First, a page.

Home UK News Palliative Care Nurse Struggles with Ban on Hugs

Palliative Care Nurse Struggles with Ban on Hugs

A palliative care nurse has opened up to Breaking News Today about her daily struggles during the coronavirus pandemic, saying her job is “really, really hard” at the moment.

Jenna Norris, who works at the Shakespeare Hospice in Stratford-upon-Avon, revealed that her team of nurses are “coping well” but that they are struggling with the ban on physical contact and the fact that they have to wear a protective mask and visor when they see their patients. 

Jenna Norris, who works at the Shakespeare Hospice in Stratford-upon-Avon
Jenna Norris, who works at the Shakespeare Hospice in Stratford-upon-Avon

She said: “We’re normally very tactile with our patients and their families. We use touch a lot as a method of comfort… giving someone a hug or holding their hand. Not being able to do that at the moment is really, really hard. Also our job involves a lot of difficult conversations and having to have those conversations through a mask or a visor is really tough and just feels unnatural.”

She added: “It feels like it’s a barrier between our communication that we’re not used to, and it feels really impersonal.”

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Jenna offers medical and emotional support to her patients in the local area, making twice-daily visits. 

She revealed that the demand for her services has gone up in recent weeks since the coronavirus pandemic arose. However, her NHS colleagues in the community were supporting her to ensure that everyone who is requiring end of life care at their home gets what they need. 

NHS nurses in the UK

She said: “We’re very good at supporting each other and reflecting on things, and that’s needed even more at the moment.”

Currently, NHS England guidelines state that families will be expected to provide end of life care to relatives dying at home during the COVID-19 crisis.

It says: “During the coronavirus pandemic, there will be more people dying of coronavirus at home who will require care and support at the end of their lives. The anticipated increase in demand and stretch in workforce availability means that there will have to be a greater reliance on family members, unpaid carers and those who are with these patients to help provide care.”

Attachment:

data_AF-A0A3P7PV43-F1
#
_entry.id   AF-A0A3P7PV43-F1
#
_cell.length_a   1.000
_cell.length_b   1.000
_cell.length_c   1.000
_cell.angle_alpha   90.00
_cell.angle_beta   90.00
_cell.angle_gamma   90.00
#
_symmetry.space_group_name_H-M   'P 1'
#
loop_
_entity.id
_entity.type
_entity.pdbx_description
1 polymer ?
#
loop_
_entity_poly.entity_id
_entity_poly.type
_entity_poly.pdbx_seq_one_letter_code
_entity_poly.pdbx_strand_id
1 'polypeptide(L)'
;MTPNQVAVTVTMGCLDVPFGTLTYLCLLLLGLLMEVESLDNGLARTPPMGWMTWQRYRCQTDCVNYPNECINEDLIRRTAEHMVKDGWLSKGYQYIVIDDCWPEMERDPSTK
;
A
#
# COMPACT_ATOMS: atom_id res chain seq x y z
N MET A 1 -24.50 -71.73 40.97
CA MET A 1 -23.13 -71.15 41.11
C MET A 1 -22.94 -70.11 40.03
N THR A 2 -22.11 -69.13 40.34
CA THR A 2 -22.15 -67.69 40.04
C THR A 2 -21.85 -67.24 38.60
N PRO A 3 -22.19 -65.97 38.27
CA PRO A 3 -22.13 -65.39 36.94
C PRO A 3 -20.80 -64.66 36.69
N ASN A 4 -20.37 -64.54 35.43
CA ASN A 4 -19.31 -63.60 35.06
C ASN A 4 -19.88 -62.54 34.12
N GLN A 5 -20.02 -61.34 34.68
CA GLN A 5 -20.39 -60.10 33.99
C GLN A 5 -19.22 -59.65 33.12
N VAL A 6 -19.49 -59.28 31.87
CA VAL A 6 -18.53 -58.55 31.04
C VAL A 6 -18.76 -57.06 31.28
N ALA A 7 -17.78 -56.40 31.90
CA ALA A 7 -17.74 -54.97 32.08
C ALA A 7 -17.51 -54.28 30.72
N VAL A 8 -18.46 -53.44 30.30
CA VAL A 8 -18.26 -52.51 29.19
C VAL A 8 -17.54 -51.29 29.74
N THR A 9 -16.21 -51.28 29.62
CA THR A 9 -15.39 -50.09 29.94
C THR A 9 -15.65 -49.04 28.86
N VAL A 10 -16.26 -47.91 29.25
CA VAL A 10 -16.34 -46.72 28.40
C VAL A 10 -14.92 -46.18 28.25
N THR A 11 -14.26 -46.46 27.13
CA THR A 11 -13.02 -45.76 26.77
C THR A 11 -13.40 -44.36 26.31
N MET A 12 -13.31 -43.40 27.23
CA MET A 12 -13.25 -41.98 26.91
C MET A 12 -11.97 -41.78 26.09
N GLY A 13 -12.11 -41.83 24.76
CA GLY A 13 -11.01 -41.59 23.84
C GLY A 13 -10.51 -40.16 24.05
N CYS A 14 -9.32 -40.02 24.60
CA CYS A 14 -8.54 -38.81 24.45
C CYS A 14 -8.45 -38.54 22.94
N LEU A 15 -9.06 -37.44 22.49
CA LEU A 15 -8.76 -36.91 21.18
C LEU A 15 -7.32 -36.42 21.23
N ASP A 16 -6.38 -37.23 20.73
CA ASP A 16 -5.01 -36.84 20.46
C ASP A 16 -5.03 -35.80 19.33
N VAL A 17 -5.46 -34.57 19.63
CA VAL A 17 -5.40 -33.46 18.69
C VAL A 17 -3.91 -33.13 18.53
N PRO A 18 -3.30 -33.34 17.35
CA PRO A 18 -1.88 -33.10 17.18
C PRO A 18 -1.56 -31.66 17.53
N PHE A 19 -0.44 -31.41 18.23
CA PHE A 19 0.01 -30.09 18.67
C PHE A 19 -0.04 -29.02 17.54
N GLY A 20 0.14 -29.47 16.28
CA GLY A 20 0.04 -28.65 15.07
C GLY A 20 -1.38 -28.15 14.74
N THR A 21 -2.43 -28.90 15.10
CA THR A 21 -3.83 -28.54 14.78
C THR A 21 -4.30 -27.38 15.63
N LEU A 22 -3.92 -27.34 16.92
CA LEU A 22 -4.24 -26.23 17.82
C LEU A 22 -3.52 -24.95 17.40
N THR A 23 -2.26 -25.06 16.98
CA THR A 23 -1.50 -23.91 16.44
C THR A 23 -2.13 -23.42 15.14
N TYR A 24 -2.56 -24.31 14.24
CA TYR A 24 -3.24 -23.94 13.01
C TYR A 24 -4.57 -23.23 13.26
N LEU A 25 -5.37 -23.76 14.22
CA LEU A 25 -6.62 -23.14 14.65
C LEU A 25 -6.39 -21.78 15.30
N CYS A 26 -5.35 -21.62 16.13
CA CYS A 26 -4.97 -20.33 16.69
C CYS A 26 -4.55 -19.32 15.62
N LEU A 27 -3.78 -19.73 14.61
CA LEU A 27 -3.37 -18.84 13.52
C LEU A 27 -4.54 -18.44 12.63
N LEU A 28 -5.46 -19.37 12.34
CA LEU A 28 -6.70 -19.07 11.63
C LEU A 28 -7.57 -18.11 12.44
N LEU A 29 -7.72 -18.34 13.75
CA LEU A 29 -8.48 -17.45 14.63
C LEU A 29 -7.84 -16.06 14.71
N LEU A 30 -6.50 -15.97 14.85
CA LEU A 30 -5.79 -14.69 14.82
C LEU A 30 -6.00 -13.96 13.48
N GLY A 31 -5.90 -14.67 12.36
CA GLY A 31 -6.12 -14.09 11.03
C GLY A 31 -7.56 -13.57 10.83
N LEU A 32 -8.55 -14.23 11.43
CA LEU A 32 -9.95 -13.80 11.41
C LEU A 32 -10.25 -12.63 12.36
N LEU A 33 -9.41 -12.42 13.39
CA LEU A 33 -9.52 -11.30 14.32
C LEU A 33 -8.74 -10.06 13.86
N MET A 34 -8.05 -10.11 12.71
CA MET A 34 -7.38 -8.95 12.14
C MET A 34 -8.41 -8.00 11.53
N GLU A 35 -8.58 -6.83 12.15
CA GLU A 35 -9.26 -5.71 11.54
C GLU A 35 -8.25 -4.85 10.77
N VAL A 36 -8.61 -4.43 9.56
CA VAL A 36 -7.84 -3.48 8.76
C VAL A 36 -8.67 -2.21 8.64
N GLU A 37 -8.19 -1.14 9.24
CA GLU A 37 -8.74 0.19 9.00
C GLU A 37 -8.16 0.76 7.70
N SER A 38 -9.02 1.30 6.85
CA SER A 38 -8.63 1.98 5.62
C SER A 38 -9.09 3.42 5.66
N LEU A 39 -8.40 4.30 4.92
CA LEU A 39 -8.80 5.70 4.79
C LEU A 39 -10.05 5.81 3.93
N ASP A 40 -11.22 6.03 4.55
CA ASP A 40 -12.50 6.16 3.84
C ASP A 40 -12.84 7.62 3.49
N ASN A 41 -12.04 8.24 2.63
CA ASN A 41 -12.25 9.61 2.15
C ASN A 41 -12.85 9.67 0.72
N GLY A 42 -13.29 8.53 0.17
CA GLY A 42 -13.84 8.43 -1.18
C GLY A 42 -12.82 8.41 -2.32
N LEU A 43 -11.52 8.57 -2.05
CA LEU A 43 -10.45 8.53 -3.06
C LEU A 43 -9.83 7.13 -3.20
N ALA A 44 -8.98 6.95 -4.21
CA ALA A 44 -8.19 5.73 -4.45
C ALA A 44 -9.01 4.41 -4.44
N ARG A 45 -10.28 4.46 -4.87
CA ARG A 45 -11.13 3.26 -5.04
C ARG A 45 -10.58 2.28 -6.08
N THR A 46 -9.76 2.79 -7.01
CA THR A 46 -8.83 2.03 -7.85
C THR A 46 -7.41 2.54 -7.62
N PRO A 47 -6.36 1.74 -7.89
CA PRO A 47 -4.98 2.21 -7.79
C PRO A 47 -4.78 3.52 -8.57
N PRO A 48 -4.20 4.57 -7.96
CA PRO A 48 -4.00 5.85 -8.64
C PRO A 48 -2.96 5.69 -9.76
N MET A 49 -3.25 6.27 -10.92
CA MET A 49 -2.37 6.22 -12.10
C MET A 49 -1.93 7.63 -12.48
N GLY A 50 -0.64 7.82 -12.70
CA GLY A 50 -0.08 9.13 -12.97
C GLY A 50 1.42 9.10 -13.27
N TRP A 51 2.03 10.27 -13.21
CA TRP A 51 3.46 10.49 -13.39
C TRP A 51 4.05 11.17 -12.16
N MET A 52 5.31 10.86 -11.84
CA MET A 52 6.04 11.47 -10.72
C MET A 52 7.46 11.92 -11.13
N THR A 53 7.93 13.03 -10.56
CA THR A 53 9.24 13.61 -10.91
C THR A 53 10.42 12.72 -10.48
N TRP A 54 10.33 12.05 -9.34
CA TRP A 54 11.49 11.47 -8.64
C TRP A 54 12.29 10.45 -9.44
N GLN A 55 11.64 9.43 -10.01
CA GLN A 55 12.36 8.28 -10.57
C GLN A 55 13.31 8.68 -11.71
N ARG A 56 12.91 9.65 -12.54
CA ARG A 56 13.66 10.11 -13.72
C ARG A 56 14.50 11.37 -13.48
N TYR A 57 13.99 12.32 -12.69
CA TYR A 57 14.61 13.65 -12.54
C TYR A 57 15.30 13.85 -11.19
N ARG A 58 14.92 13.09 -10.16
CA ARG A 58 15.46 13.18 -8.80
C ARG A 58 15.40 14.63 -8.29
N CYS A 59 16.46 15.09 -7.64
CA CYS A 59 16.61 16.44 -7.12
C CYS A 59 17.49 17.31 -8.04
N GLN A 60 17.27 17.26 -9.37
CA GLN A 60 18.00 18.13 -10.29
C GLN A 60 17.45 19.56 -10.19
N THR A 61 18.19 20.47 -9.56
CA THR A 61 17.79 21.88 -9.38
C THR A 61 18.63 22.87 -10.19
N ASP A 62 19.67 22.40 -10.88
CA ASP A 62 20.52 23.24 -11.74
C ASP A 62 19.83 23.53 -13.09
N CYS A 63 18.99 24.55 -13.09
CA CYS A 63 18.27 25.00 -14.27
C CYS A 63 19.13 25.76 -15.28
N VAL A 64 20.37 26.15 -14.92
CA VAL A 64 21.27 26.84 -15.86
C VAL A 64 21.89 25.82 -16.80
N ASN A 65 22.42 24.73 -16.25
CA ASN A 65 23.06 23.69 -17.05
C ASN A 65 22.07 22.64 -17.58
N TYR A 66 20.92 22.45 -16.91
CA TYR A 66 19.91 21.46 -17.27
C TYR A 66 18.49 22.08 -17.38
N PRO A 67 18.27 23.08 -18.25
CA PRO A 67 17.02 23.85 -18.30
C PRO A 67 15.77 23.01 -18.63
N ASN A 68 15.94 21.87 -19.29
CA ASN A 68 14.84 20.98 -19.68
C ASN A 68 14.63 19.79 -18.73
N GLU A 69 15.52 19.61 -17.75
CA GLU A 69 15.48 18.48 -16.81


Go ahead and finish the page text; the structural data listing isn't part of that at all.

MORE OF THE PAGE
It adds: “They may have to administer medication more than they are used to.”

Caroline Abrahams of Age UK expressed her concern that this could lead to patients being left unsupported and even at risk.

Caroline Abrahams of Age UK
Caroline Abrahams of Age UK

She said: “The guidance talks about delivering palliative care remotely, but how is that possible? In a valiant and right attempt to protect the NHS staff from contracting the virus, people are being left on their own when they need support.”

She went on to say: “Where are the safeguarding measures to stop people being bumped off? Helping someone die well is a specialist skillset. Unfortunately, it feels as though people have been left to get on with it when a reasonable expectation of our society is that we get skilled palliative care.”

Prof Martin Marshall, the chair of the Royal College of GP’s
Prof Martin Marshall, the chair of the Royal College of GP’s

Prof Martin Marshall, the chair of the Royal College of GP’s, said: “COVID-19 is more than an NHS issue – it will take a nationwide effort to get through this crisis and so far, we have seen a tremendous effort from our patient’s families and friends. Where families are not comfortable taking on elements of their loved one’s care, this will be respected.”

Breaking News Today is a small UK business struggling to stay afloat during COVID lockdown. If you enjoyed this article or found it useful please subscribe to all of our social media outlets.

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